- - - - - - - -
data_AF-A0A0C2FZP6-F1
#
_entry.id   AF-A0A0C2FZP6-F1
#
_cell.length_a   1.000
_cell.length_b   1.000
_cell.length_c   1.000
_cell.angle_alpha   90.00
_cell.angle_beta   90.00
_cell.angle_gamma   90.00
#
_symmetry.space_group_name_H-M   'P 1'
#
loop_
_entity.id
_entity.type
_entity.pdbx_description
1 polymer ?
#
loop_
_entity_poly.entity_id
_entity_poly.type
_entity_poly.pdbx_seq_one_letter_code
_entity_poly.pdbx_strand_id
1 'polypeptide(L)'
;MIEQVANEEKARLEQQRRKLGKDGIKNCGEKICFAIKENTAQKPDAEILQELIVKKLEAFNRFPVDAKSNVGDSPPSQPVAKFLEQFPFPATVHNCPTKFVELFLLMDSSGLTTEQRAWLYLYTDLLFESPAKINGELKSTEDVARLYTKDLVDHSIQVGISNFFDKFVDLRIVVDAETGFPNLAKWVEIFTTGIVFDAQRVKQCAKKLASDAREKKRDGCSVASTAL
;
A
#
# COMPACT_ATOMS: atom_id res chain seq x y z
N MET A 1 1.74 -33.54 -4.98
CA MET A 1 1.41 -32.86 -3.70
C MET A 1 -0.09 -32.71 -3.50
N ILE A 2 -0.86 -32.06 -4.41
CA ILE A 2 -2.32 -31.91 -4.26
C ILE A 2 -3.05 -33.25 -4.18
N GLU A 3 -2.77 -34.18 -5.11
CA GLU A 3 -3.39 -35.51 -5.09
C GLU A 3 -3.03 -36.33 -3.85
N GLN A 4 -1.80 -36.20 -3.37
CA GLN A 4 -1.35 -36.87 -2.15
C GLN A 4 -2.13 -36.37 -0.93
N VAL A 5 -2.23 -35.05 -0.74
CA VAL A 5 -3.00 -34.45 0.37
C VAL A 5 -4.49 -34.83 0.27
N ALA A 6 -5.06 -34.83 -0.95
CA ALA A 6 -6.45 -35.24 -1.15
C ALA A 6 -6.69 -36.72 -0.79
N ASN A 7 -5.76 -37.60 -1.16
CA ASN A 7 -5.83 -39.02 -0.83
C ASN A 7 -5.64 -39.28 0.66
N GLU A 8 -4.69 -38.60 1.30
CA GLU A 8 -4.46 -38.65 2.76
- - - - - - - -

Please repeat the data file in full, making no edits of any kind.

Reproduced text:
data_AF-A0A0C2FZP6-F1
#
_entry.id   AF-A0A0C2FZP6-F1
#
_cell.length_a   1.000
_cell.length_b   1.000
_cell.length_c   1.000
_cell.angle_alpha   90.00
_cell.angle_beta   90.00
_cell.angle_gamma   90.00
#
_symmetry.space_group_name_H-M   'P 1'
#
loop_
_entity.id
_entity.type
_entity.pdbx_description
1 polymer ?
#
loop_
_entity_poly.entity_id
_entity_poly.type
_entity_poly.pdbx_seq_one_letter_code
_entity_poly.pdbx_strand_id
1 'polypeptide(L)'
;MIEQVANEEKARLEQQRRKLGKDGIKNCGEKICFAIKENTAQKPDAEILQELIVKKLEAFNRFPVDAKSNVGDSPPSQPVAKFLEQFPFPATVHNCPTKFVELFLLMDSSGLTTEQRAWLYLYTDLLFESPAKINGELKSTEDVARLYTKDLVDHSIQVGISNFFDKFVDLRIVVDAETGFPNLAKWVEIFTTGIVFDAQRVKQCAKKLASDAREKKRDGCSVASTAL
;
A
#
# COMPACT_ATOMS: atom_id res chain seq x y z
N MET A 1 1.74 -33.54 -4.98
CA MET A 1 1.41 -32.86 -3.70
C MET A 1 -0.09 -32.71 -3.50
N ILE A 2 -0.86 -32.06 -4.41
CA ILE A 2 -2.32 -31.91 -4.26
C ILE A 2 -3.05 -33.25 -4.18
N GLU A 3 -2.77 -34.18 -5.11
CA GLU A 3 -3.39 -35.51 -5.09
C GLU A 3 -3.03 -36.33 -3.85
N GLN A 4 -1.80 -36.20 -3.37
CA GLN A 4 -1.35 -36.87 -2.15
C GLN A 4 -2.13 -36.37 -0.93
N VAL A 5 -2.23 -35.05 -0.74
CA VAL A 5 -3.00 -34.45 0.37
C VAL A 5 -4.49 -34.83 0.27
N ALA A 6 -5.06 -34.83 -0.95
CA ALA A 6 -6.45 -35.24 -1.15
C ALA A 6 -6.69 -36.72 -0.79
N ASN A 7 -5.76 -37.60 -1.16
CA ASN A 7 -5.83 -39.02 -0.83
C ASN A 7 -5.64 -39.28 0.66
N GLU A 8 -4.69 -38.60 1.30
CA GLU A 8 -4.46 -38.65 2.76